It will only stop when the Govt cannot absorb anymore unemployable graduates and that will only happen with economic collapse.

Stop redundancy of government agencies

The Auditor-General’s Report touched on some of the failures by the Sewerage Services Department (JPP) of the Energy, Green Technology and Water Ministry (KeTTHA).

The Association of Water and Energy Research Malaysia (Awer) has raised the issue of redundant agencies in government operation many times and JPP is one of them. Having such an agency will deter actual plans laid out in the national water services industry restructuring process via the Water Services Industry Act 2006 (WSIA).

Awer has also met the secretary-general of KeTTHA to discuss on dissolving JPP and absorbing the officers into KeTTHA, Suruhanjaya Perkhidmatan Air Negara (Span), Indah Water Konsortium Sdn Bhd (IWK), Pengurusan Aset Air Bhd (PAAB) or other government agencies. This discussion notes were also resubmitted to the attention of current KeTTHA minister after emails and letters had gone missing in the minister’s office during the first few attempts.

Similarly, the Water Supply Department (JBA) needs to undergo a similar operation of dissolution. Redundancy is not only a stumbling block but it also causes operational mismanagement.

For example, a burt pipe incident involving a newly-laid pipe at Jalan Universiti caused severe road damage that left three vehicles damaged and one motorist was said to have been sent up around 10 metres in the air in late April 2010. The reasons given for the incident by JBA only shows its failure to carry out duties properly. There were no follow up investigations done and reports being published.

At the moment, JBA’s duties can be easily done by Span, PAAB and other water companies. In addition to that, the Sustainable Energy Development Authority (Seda) that is tainted with a Feed-in-Tariff (FiT) and its formation issues is also redundant with the functions of the Energy Commission (ST). Why does KeTTHA always operate in such redundant manner?

A few days ago, the deputy prime minister urged government officers to prevent a turf fight which would affect the overall performance of government operation. In addition to that, the government should lead by example in reducing redundancy in government operation as subsidy rationalisation measures are being implemented.

The steps to reduce redundancy of agencies will be able to reduce the government’s operational budget burden, especially in KeTTHA. These changes (to dissolve JBA, JPP and SEDA) can be recommended by the prime minister in the coming Budget 2014 as an immediate operational budget optimisation step in view of subsidy rationalisation and the government’s efforts in reducing administration costs.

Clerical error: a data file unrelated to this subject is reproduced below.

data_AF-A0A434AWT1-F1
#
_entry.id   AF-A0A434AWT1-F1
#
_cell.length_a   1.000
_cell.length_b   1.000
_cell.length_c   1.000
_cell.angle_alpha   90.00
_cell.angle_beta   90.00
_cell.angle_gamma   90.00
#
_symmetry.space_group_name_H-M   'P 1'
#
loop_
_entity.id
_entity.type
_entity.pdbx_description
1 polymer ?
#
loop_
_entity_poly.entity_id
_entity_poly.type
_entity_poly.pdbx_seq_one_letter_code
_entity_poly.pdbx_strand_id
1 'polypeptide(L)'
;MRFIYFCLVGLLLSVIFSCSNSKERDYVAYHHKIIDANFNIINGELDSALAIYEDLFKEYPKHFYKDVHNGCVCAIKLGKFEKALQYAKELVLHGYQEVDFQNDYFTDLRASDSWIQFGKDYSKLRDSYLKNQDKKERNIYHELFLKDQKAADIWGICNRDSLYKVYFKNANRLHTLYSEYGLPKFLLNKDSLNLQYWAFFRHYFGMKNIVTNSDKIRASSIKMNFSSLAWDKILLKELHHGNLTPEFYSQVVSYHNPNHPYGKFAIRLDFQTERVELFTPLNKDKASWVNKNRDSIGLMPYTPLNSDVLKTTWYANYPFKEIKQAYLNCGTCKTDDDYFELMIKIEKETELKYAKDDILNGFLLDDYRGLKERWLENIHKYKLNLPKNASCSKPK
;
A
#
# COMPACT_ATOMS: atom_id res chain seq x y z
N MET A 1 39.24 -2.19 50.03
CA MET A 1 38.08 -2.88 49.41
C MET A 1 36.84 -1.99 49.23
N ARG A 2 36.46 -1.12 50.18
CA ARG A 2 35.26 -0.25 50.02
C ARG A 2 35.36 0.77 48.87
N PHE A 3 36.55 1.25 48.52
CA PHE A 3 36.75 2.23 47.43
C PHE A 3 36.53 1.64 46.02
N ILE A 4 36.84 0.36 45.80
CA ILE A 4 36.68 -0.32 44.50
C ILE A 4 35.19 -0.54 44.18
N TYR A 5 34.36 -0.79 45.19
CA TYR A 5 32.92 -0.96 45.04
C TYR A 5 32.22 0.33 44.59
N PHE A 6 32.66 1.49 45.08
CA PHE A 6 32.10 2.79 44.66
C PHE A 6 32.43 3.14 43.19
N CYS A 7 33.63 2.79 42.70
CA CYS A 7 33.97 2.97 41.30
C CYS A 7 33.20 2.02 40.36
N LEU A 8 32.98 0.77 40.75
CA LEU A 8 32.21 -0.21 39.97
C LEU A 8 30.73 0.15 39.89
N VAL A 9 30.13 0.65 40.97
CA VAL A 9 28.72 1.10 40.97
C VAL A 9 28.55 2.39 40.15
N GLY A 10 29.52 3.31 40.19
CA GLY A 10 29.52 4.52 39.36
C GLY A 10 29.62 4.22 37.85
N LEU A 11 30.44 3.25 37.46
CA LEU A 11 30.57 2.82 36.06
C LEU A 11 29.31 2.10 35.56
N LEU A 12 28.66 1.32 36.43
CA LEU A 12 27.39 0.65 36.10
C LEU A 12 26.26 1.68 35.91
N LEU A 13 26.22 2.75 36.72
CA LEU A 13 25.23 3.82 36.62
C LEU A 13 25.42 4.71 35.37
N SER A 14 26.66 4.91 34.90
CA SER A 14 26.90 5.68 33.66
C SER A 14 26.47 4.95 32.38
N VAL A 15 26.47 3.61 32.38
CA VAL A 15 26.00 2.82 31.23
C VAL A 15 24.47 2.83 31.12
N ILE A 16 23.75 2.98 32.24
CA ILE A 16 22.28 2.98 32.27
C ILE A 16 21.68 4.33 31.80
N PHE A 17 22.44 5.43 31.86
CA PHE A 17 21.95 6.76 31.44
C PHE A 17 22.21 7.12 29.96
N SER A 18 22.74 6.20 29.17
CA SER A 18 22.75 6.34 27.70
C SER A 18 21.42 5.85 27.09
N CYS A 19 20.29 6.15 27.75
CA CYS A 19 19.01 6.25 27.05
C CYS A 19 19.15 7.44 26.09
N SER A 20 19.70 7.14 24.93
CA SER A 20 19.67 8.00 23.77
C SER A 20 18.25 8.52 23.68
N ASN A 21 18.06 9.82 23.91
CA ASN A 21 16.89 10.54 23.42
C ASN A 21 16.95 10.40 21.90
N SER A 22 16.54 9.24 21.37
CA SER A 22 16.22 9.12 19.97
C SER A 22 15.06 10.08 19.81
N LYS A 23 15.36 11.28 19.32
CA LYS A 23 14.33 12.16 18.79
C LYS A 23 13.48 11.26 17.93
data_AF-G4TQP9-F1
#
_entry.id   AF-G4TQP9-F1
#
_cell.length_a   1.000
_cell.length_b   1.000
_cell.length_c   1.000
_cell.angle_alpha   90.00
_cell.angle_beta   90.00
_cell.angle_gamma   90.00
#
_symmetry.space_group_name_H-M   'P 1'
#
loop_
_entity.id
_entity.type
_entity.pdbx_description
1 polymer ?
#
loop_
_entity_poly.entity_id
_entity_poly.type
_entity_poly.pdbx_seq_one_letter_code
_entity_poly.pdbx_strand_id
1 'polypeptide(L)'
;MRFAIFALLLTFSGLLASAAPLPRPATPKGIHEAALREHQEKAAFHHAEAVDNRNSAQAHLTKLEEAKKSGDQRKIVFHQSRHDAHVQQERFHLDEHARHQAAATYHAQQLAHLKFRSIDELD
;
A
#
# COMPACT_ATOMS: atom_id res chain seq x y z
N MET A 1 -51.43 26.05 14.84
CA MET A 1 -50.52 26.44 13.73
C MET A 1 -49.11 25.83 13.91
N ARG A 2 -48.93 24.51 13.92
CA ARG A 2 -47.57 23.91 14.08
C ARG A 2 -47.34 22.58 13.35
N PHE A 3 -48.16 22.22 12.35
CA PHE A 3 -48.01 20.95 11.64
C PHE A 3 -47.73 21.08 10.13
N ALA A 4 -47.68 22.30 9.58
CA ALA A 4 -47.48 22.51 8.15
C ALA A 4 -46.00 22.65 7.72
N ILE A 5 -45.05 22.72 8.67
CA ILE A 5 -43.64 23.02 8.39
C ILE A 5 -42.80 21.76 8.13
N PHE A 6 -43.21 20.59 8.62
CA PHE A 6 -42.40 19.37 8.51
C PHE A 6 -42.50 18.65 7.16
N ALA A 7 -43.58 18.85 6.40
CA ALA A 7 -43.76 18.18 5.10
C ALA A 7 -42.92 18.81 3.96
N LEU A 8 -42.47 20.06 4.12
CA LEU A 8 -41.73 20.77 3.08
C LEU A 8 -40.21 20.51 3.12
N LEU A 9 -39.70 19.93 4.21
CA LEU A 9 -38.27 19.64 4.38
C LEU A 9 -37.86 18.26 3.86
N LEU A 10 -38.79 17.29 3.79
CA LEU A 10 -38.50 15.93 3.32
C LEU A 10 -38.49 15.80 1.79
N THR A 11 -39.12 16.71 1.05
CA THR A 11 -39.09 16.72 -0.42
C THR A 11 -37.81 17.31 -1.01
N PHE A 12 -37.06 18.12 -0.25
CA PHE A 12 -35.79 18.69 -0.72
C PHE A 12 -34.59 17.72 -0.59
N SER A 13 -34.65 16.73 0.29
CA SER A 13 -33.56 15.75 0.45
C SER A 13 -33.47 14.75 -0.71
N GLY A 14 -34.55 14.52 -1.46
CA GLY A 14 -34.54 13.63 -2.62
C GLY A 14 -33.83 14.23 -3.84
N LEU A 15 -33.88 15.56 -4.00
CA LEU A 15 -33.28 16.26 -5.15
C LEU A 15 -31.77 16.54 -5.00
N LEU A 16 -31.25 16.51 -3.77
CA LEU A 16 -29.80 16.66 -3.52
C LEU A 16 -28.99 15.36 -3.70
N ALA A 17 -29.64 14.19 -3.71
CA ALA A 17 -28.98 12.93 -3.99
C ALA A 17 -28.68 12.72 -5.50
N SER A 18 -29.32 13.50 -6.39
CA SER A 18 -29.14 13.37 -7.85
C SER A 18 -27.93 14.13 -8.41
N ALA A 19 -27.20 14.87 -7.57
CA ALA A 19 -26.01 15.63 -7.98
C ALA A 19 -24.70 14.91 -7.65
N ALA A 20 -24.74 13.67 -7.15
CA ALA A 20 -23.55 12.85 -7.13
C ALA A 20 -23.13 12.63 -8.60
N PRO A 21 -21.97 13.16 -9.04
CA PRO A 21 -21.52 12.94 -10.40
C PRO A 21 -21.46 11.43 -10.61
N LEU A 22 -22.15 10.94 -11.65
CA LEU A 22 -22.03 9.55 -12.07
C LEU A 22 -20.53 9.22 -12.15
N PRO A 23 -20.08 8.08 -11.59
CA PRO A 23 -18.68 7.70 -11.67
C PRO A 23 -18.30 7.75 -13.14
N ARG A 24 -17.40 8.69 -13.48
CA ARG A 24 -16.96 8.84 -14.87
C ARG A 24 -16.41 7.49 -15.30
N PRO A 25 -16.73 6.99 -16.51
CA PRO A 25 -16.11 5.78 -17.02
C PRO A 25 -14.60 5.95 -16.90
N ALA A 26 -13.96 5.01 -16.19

Audit rural water and electricity supply projects

Recently, Awer visited a community in Kampung Panggau Dau, Sarawak. This community has been supplied with electricity since the 1970s, but they have yet to receive a treated water supply. They still depend on springs for their water supply. How many more fellow Malaysians are still waiting for it in the rural areas in Malaysia? Billions of ringgit are allocated but does it really reach the rural community?

We would strongly recommend that the Auditor-General conduct a full audit for rural water and electricity supply projects that have been implemented in Sabah, Sarawak and rural areas of peninsular Malaysia. With only six years to go to achieve Vision 2020, basic services such as treated water and electricity should not be neglected.

In addition to that, Awer encourages both Sabah and Sarawak to join the WSIA regime to improve the water services industry in both states. We hope both the states complete this process by 2015. Giving rainwater harvesting systems alone is not a long-term solution to rural water supply. Furthermore, the economy development in both states will also be jeopardised without reliable treated water supply.

PIARAPAKARAN S is president, Association of Water and Energy Research Malaysia (Awer).